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Old 23-11-2014, 11:31   #1
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Hot Water Heat Retention

I was rereading my notes from last season and was reminded of a question that came up. We have done a lot motoring along French canals in hire boats. They all had diesel-fired water heaters. Universally the water would stay hot enough that we could have a warm to hot shower the next morning without firing up the engine again. But none of the sailboats we chartered this season (in the PNW) provided more than tepid water after any significant time had past.

How do the hot water tanks on a typical sailboat work? I do know the after berth above the water heater benefited from the heat produced, but the insulation didn't seem to be there to keep the water hot. Is it a matter of size? The canal boats tended to be 40-50 ft. I will say the water was generally way hotter on the sailboat after the motor was shut off: hot enough to melt a plastic pop bottle. Never had that problem in France. So probably completely different systems...

So what does one need to know about hot water on board?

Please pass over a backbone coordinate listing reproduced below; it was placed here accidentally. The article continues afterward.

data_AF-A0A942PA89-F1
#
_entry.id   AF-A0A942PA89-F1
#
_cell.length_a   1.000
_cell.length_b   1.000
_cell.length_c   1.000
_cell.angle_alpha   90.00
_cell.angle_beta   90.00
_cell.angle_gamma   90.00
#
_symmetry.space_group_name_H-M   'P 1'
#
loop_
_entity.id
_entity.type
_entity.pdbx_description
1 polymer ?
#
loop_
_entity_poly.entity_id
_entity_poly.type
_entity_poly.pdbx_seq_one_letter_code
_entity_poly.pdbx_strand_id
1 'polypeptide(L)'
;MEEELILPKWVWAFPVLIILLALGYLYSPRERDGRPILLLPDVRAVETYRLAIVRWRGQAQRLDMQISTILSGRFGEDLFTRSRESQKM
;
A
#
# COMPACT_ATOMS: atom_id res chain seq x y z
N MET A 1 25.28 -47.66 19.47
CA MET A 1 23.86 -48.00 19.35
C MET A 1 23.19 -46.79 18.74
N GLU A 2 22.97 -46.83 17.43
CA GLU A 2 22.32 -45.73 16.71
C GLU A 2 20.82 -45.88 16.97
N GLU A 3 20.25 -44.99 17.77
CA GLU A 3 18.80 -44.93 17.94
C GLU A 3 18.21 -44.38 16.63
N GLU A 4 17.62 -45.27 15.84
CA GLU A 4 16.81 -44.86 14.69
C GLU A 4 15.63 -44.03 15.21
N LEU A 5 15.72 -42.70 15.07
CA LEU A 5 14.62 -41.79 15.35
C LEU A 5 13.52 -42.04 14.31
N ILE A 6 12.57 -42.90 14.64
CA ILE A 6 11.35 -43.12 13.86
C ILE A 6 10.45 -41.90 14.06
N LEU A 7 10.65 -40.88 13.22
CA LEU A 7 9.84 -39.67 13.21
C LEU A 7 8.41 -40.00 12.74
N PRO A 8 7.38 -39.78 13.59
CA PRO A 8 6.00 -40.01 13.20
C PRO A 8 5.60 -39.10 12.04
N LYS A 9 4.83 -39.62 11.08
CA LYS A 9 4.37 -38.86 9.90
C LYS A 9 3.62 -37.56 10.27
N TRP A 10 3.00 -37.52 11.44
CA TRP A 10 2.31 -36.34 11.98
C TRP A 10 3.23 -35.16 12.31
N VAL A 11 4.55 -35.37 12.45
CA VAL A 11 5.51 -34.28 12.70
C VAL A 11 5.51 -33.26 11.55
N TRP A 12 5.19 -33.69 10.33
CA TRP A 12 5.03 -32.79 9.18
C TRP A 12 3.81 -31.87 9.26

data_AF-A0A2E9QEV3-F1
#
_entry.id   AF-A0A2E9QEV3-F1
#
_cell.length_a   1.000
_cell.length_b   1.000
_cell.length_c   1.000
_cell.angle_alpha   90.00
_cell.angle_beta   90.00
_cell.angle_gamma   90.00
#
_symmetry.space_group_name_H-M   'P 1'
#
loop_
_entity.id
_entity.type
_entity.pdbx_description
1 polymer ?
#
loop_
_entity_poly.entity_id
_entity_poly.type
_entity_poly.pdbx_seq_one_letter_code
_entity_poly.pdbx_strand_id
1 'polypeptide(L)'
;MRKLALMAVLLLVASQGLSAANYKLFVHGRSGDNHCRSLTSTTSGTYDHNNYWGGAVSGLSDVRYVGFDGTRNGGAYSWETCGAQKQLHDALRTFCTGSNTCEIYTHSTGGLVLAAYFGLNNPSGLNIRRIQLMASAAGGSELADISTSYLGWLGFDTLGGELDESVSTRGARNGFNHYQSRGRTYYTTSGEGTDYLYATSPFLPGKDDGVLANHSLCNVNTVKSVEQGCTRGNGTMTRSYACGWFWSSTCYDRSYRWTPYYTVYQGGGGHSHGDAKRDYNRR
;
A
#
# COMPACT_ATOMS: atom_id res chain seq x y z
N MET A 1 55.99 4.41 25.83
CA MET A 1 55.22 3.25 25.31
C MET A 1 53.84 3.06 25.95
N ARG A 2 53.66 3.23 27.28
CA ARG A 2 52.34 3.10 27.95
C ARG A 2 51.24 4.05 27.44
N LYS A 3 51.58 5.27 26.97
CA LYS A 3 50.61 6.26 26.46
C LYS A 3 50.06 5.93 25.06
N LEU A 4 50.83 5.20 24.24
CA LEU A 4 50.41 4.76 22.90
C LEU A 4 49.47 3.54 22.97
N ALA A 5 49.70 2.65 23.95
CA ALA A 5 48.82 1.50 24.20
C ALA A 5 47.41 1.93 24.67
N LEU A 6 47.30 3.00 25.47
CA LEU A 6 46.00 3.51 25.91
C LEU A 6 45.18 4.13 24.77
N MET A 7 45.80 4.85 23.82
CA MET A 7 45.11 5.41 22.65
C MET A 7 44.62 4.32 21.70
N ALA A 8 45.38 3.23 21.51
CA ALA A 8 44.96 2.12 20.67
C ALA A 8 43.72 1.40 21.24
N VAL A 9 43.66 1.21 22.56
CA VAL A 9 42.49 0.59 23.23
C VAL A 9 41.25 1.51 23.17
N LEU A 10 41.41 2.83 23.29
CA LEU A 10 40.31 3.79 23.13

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Old 23-11-2014, 11:38   #2
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Re: Hot Water Heat Retention

Three variables: size (capacity), temperature and insulation.

Water to water heat exchangers are used in sailboats most often, using engine heat from the fresh water coolant system. With 160 to 180F thermostats in engines, the water can get quite hot. Dangerously so. Isotherm sells their heaters with thermostatic mixing valves to limit the output to a "legal" level.

Seaward/Raritan heaters are least expensive, least insulation. Isotherm or Isotemp (?) has the best.

We have a Seaward, six gallon. Usually not even tepid the next morning in 57F seawater surround. We rearrange our showering schedule to when there is hot water after motoring.
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Old 23-11-2014, 13:09   #3
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Re: Hot Water Heat Retention

Just a note, here. The water in the PNW is cool enough for us to not refrigerate beer there, the bilge is cool enough. I bet the water in the canals is a lot warmer, first off, European summers can be quite warm, and that water is surrounded by warm land. So the difference in water temp around the boat will have some effect, too.

We had a water heater on a 1974 launched boat, and it had adequate insulation to retain warmth overnight, but not enough for a "hot" shower. Hot showers came after motoring, or by sun shower.

Ann
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